I have a question for you. Would you rather take a quiz on:
A. Your favorite movie star.
B. Your favorite music.
C. Who your superhero best friend would be.
D. All of the above and anything else the Internet can throw at you.
Given the growing popularity of quizzes and their hostile takeover of my Facebook news feed, I'm willing to bet you answered "D." Quizzes are everywhere right now, and brands and news outlets alike are jumping on this trend, both hoping to drive traffic to their content. In this 60 for Social, I'll take a look at how quizzes and games are becoming a tool for brands and how they're impacting the role of the media.
Buzzfeed's Branded Quizzes
The viral quiz is nothing new, but it can't be denied that Buzzfeed has taken this time-sucker to a whole new level and proven once again they have a knack for viral content. Here are the numbers (according to Fast Company) on some of their most popular quizzes:
- Which Decade Do You Actually Belong In? More than 8 million views.
- What Kind of Dog Are You? More than 8 million views.
- What Career Should You Actually Have? More than 13 million views.
- What City Should You Actually Live In? More than 20 million views.
- Which State Do You Actually Belong In? Nearly 40 million views.
Now they've done it again with the introduction of branded quizzes. Much like Buzzfeed's other branded content, branded quizzes appear alongside all other content on the site. So far there are a reported 10 branded quizzes, mostly in the entertainment vein. They include:
In less than 2 months, Barbie's already reached more than 161,000 shares on Facebook and HBO's racked up 75,000 of its own shares, underscoring the power of quizzes as a way to grab consumer attention, even when they're not channel surfing or wandering down the toy aisle.
Multiple Choice: Buzzfeed, Slate, WSJ, or NYT?
At this stage in the game, Buzzfeed is by no means alone on the quiz front. Sure, their easy to digest, visual content (and crazy-fun topics) put quizzes back on the map (and Facebook feeds), but other news sites have caught on to this trend and jumped in. Here are just a few examples:
- When it was recently announced that the SAT would revert to a 1,600-point scale, The Wall Street Journal created a quiz that allowed readers to compare their SAT scores to their peers.
- The most visited page on The New York Times' site in 2013 was a quiz called: What does the way you speak say about where you're from?
It's not just quizzes anymore: news and content online is being gamified in innovative, creative ways. For example, Slate's Travoltify and (slightly less recent) Carlos Danger name generators put fun interactive spins on the related headlines, and gave me my two new aliases: Sebastian Magnus and Silvestre Smash.
Pop Quiz: How Can You Get Started With Quizzes?
Ready to get started? You might not be ready to partner up with Buzzfeed yet, although Buzzfeed has hinted that community members will soon be able to construct their own quizzes (stay tuned). In the meantime, there are a few tools out there to help you and your brand jump on the multiple choice band wagon.
ProProfs is an easy online quiz tool that lets you create fun, visual quizzes that can be shared on Facebook, Twitter, or via email; and best part: you can try it for free.
QuizWorks offers a free online quiz maker and more advanced quiz creation offerings for a monthly fee.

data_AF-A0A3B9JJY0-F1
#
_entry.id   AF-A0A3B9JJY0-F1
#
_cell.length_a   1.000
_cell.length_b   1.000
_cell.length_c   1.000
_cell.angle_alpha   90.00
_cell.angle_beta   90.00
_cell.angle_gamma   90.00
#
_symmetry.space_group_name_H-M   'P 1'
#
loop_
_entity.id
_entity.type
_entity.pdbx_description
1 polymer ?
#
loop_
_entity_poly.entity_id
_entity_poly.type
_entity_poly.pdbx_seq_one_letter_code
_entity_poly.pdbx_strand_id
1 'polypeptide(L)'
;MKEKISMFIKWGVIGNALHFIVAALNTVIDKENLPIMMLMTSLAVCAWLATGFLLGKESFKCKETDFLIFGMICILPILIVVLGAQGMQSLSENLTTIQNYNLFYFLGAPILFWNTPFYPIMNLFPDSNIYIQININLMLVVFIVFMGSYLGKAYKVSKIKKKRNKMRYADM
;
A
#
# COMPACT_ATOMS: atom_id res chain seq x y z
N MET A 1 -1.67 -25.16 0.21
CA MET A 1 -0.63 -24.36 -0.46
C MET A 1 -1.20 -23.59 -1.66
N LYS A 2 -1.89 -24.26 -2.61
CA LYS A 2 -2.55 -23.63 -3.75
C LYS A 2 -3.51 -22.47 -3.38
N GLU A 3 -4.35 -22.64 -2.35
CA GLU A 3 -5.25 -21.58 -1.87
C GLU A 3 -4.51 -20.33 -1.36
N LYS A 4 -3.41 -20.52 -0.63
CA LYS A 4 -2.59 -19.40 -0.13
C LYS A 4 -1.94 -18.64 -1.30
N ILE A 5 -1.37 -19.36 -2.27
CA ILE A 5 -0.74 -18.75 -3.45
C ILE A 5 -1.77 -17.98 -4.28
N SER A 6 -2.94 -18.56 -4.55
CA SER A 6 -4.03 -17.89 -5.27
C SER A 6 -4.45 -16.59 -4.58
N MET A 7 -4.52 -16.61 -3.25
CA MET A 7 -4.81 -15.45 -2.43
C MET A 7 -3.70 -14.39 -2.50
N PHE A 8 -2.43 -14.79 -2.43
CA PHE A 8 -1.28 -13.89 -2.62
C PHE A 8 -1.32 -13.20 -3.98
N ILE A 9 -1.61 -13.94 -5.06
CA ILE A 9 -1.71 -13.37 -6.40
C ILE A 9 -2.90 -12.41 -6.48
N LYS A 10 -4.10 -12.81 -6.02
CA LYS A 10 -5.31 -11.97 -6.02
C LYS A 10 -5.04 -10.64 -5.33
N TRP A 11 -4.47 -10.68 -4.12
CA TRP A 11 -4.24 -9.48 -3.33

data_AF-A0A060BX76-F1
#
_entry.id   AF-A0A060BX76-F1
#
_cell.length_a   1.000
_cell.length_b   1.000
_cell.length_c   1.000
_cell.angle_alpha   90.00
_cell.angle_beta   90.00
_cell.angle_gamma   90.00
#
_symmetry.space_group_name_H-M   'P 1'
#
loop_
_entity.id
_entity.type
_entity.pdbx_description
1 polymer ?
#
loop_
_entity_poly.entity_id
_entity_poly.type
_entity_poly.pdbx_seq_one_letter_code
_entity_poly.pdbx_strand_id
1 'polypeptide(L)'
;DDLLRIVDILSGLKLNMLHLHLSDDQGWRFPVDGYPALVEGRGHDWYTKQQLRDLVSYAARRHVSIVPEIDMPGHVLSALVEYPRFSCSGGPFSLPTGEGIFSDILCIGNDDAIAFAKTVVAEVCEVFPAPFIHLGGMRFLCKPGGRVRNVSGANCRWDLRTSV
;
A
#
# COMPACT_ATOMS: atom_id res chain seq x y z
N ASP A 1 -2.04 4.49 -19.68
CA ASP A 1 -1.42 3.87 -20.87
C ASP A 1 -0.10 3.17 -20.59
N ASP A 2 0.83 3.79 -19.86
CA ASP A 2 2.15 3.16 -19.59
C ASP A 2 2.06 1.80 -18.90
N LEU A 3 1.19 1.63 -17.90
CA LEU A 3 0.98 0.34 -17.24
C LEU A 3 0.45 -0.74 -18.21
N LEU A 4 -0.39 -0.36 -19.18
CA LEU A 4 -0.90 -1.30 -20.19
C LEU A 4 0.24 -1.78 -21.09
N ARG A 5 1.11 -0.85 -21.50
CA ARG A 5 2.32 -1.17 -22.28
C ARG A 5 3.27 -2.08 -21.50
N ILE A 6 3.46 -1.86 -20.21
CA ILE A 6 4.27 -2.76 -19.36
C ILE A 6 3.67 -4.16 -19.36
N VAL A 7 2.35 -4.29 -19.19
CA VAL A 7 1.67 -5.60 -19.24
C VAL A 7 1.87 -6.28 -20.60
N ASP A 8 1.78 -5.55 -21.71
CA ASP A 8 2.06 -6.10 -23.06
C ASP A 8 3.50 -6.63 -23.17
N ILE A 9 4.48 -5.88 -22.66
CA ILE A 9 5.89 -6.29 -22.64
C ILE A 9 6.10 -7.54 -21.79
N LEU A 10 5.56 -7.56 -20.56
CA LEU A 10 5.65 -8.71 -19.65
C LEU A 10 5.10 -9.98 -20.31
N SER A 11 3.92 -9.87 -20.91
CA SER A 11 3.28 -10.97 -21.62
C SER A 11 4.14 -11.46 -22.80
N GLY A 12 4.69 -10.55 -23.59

Now, what to ask. Buzzfeed's quiz mastermind and Managing Editorial Director, Summer Anne Burton shared a few tips in a recent Huffington Post interview:
"There are a couple things that tend to work really well, like guessing something about the person's actual desires or attributes. "What Age Are You, Really?", "What City Should You Actually Live In?" and "What Career Should You Actually Have?" are three of our four biggest quizzes. Another thing that works really well is tapping into a fandom. People who self-identify as dog people or as "Friends" fans get really excited about "What Kind Of Dog Are You?" and "Which 'Friends' Character Are You?". I think everybody plays that game, in their heads or with their friends already. So they want to see what an objective source is going to tell them."
"Fandoms" exist for all walks of life, find your brand's "fandom" and dive in. You'll want to keep it on-point, but you can have some fun. It is a quiz after all. As a final tip, Ms. Burton also advises that you start with the answers and work your way back.
"All of the Above" proves viral content raises brand awareness, but quizzes also provide an opportunity for fun, but relevant data mining for all sorts of brands. Buzzfeed's Burton recently touched on this point when speaking on the introduction of branded quizzes: "Now that we've sold some companies on the idea of quizzes... we're now looking at how to use the things that we've learned for companies' benefit. So they can have their own shareable pieces of content that go viral and that are really associated with their brand."
This extreme quiz popularity may not be around for ever. But right now quizzes have captured our collective pop culture fancy, and they're a great way to engage your audience and connect them to your brand and content.
Want to learn more? Check out these resources:
- The Atlantic: The Gospel of Buzzfeed
- New York Times: To Spur Traffic at News Sites, Just Travoltify
- Fast Company: How Buzzfeed Made the Online Quiz Irresistable
- Mashable: Q: Why Are Quizzes Suddenly So Popular? A: Narcissism
- New York Post: Why online quizzes are taking over your Facebook feed
- Wired: Our Obsession With Online Quizzes Comes From Fear, Not Narcissism
- TechCrunch: Yep, Buzzfeed Is Doing Sponsored Quizzes, Too